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Remaining research skills training this term!

The sun is shining, exams are starting, marking is overflowing, but there is still time to improve your research skills by attending one of the upcoming sessions this term.

All sessions are bookable on PROSE unless stated otherwise.

David Wilson Library - University of Leicester



Wednesday 22nd May, 10:00-11:30, ATT 212
Choosing where to publish. 
This session will help you:

  • Gain an overview of the publishing landscape for researchers
  • Learn about the tools available for evaluating journals and publishers
  • Practice selecting journals and developing a publishing strategy.
  • Book via PROSE

Thursday 23rd May, 10:00-12:00
Finding Grey Literature
This session will help you:
  • Use Google search advanced commands effectively
  • Find PhD theses, conference papers, reports, and government publications as they relate to your research area.
  • Revise your literature search plan to include grey sources.
  • Book via Researcher Development website

Friday 24th May, 10:00-11:00, ATT 001
What does Open Access look like in Science, Engineering and Life Sciences?
This session will help you:
  • Understand the requirement to make your completed thesis open access via Leicester Research Archive
  • Discuss the different ways to publish in science and engineering
  • Learn why researchers make research data and other research outputs openly available
  • Discuss how open access affects scholarly resources and research outputs
  • Book via PROSE
How to navigate research impact, 10:30-10:50, WEBINAR
This session will help you answer the following questions:
  • Why is research impact becoming more important?
  • How is research impact achieved?
  • How is research impact measured?
  • What action should I take to accelerate my impact?
  • Book via the GoToWebinar website

Tuesday 28th May, 10:00-11:00, WEBINAR
Copyright (recommended for those in the post-probation stage of PhD)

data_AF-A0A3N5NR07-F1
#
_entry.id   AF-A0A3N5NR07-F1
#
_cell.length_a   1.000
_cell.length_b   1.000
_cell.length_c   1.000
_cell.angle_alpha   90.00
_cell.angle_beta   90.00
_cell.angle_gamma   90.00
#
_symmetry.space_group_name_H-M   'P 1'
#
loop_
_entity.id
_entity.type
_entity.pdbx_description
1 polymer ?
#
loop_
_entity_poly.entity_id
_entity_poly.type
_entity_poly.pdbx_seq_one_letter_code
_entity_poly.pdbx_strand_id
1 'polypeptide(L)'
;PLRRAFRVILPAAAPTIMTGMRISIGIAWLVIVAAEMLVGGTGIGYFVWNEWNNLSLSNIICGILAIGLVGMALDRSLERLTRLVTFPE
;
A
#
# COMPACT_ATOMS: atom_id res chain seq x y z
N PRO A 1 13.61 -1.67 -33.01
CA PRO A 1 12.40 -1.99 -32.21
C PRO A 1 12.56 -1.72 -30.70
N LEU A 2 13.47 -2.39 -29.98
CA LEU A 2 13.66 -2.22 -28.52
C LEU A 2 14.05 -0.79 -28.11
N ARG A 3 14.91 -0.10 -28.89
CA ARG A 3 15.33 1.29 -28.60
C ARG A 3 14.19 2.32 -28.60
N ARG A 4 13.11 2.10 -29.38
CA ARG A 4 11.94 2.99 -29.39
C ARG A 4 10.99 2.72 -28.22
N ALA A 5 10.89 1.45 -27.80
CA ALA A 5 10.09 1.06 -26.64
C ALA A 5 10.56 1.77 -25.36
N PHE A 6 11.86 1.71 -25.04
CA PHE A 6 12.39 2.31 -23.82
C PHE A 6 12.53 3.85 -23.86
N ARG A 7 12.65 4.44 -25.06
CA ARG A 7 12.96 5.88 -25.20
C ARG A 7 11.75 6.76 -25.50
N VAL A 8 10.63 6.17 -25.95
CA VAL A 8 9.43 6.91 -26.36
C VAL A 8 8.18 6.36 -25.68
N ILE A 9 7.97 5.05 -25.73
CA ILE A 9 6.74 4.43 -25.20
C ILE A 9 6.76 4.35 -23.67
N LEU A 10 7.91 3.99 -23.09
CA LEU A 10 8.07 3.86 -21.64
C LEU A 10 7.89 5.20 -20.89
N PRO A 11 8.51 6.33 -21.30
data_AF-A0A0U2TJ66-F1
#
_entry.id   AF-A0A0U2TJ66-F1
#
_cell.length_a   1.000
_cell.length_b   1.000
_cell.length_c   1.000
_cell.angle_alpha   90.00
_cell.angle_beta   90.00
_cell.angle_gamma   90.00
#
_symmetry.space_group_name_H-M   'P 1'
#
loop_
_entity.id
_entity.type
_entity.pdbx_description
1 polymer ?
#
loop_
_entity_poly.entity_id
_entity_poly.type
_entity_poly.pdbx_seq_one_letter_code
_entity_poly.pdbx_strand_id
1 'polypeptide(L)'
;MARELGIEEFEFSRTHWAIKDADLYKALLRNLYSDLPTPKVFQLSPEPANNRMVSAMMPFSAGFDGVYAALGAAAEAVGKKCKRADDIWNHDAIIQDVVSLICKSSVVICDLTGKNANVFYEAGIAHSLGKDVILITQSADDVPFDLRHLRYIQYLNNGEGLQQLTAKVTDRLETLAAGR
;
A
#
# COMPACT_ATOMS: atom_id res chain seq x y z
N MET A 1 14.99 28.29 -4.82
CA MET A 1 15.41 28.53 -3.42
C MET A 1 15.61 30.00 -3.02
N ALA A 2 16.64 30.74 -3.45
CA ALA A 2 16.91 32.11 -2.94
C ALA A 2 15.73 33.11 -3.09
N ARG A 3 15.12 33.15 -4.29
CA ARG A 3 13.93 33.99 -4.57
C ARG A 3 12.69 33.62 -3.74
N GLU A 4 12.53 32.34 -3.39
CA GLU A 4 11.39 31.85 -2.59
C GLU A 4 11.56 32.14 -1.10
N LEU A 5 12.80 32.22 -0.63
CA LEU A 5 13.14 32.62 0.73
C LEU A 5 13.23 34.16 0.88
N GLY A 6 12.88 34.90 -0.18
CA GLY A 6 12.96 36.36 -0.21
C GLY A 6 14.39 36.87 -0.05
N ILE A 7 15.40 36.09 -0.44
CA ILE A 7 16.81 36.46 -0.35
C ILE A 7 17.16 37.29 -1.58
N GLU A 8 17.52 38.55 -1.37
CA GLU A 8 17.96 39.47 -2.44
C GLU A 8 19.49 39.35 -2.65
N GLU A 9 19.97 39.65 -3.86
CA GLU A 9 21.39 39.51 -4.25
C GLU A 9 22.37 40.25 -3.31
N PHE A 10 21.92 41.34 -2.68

This session will help you:
  • Recognise which copyright regulations apply to PhD theses
  • Learn the related necessary steps to take before submitting your thesis
  • Test your knowledge of copyright via interactive activities
  • Book via PROSE

Thursday 30th May, 10:00-12:00
Advanced EndNote
This session will help you:
  • Practice editing an output style
  • Setup an EndNote Online account and link it to your desktop library
  • Setup EndNote Preferences and use their related features
  • Discuss issues relevant to your use of EndNote
  • Book via the Researcher Development Website.

Monday 3rd June, 09:30-10:30, Ken Edwards Computer Lab 323
Researcher Drop-In Clinic: SciVal
SciVal is a research analytics tool to inform funding bids, future collaboration and more. This session will help you:
  • Review and update your Scopus profile, including your h-index
  • Learn the importance of ORCiD for your researcher profile
  • Explore the metrics in SciVal that relate to authors, outputs and institutions
  • Book via SciVal Events at Leicester
Communicating research with comics, 10:00-12:00, CW409
This session will help you:
  • Assess and discuss relevant examples of cartoons, comic strips and graphic novels
  • Identify appropriate uses for comic strips in an academic setting
  • Create a short comic strip about your research
  • Evaluate how you could use comic strips or cartoon to communicate your research
  • Book via PROSE

Wednesday 5th June, 14:00-16:00, WEBINAR
Finding images for research
This session will help you:
  • Recognise practical issues around searching for images
  • Compare different search engines, databases and archives
  • Practise searching for images
  • Gain awareness of tools for storing images
  • Discuss copyright issues around re-use of images in publications.

We look forward to welcoming you and hearing about your research!

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Inserting special characters in EndNote/RefWorks


When importing references into software like EndNote or RefWorks you might find special characters and diacritical marks are stripped out.

You can edit the reference in the software and re-insert the appropriate character in several ways:
1) Copy and past the character in.

2) If you using a Windows computer with a number pad you can hold down the ALT key and type in a numerical code for the character you want e.g. ALT 130 will insert é.

There is a list of Alt Codes available at http://www.alt-codes.net/

Penn State University has an excellent guide to typing in accents and special characters in Windows or Macs. Including Alt codes, Mac codes and how to use the character map/viewer.

These tips can also be applied in other software and web interfaces, as well as in bibliographic software. ☺ = ALT 1